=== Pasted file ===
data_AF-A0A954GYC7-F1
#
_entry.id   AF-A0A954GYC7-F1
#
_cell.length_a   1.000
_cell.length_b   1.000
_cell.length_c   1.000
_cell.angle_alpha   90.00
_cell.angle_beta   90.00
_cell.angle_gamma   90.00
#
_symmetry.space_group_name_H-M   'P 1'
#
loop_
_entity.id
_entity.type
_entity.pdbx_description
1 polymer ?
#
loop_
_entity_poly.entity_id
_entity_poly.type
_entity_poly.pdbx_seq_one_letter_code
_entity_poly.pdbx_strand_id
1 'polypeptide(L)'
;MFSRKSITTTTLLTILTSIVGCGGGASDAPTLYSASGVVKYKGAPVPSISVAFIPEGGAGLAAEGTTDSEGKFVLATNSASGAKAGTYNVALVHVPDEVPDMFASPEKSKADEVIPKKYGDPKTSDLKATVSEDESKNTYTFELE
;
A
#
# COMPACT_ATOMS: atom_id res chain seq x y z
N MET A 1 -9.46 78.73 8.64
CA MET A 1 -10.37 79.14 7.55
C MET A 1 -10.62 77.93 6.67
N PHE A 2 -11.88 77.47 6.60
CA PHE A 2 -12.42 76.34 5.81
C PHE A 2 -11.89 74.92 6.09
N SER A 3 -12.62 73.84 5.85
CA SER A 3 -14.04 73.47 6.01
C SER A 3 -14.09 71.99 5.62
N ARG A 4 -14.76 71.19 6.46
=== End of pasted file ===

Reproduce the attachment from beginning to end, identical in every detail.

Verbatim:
data_AF-A0A954GYC7-F1
#
_entry.id   AF-A0A954GYC7-F1
#
_cell.length_a   1.000
_cell.length_b   1.000
_cell.length_c   1.000
_cell.angle_alpha   90.00
_cell.angle_beta   90.00
_cell.angle_gamma   90.00
#
_symmetry.space_group_name_H-M   'P 1'
#
loop_
_entity.id
_entity.type
_entity.pdbx_description
1 polymer ?
#
loop_
_entity_poly.entity_id
_entity_poly.type
_entity_poly.pdbx_seq_one_letter_code
_entity_poly.pdbx_strand_id
1 'polypeptide(L)'
;MFSRKSITTTTLLTILTSIVGCGGGASDAPTLYSASGVVKYKGAPVPSISVAFIPEGGAGLAAEGTTDSEGKFVLATNSASGAKAGTYNVALVHVPDEVPDMFASPEKSKADEVIPKKYGDPKTSDLKATVSEDESKNTYTFELE
;
A
#
# COMPACT_ATOMS: atom_id res chain seq x y z
N MET A 1 -9.46 78.73 8.64
CA MET A 1 -10.37 79.14 7.55
C MET A 1 -10.62 77.93 6.67
N PHE A 2 -11.88 77.47 6.60
CA PHE A 2 -12.42 76.34 5.81
C PHE A 2 -11.89 74.92 6.09
N SER A 3 -12.62 73.84 5.85
CA SER A 3 -14.04 73.47 6.01
C SER A 3 -14.09 71.99 5.62
N ARG A 4 -14.76 71.19 6.46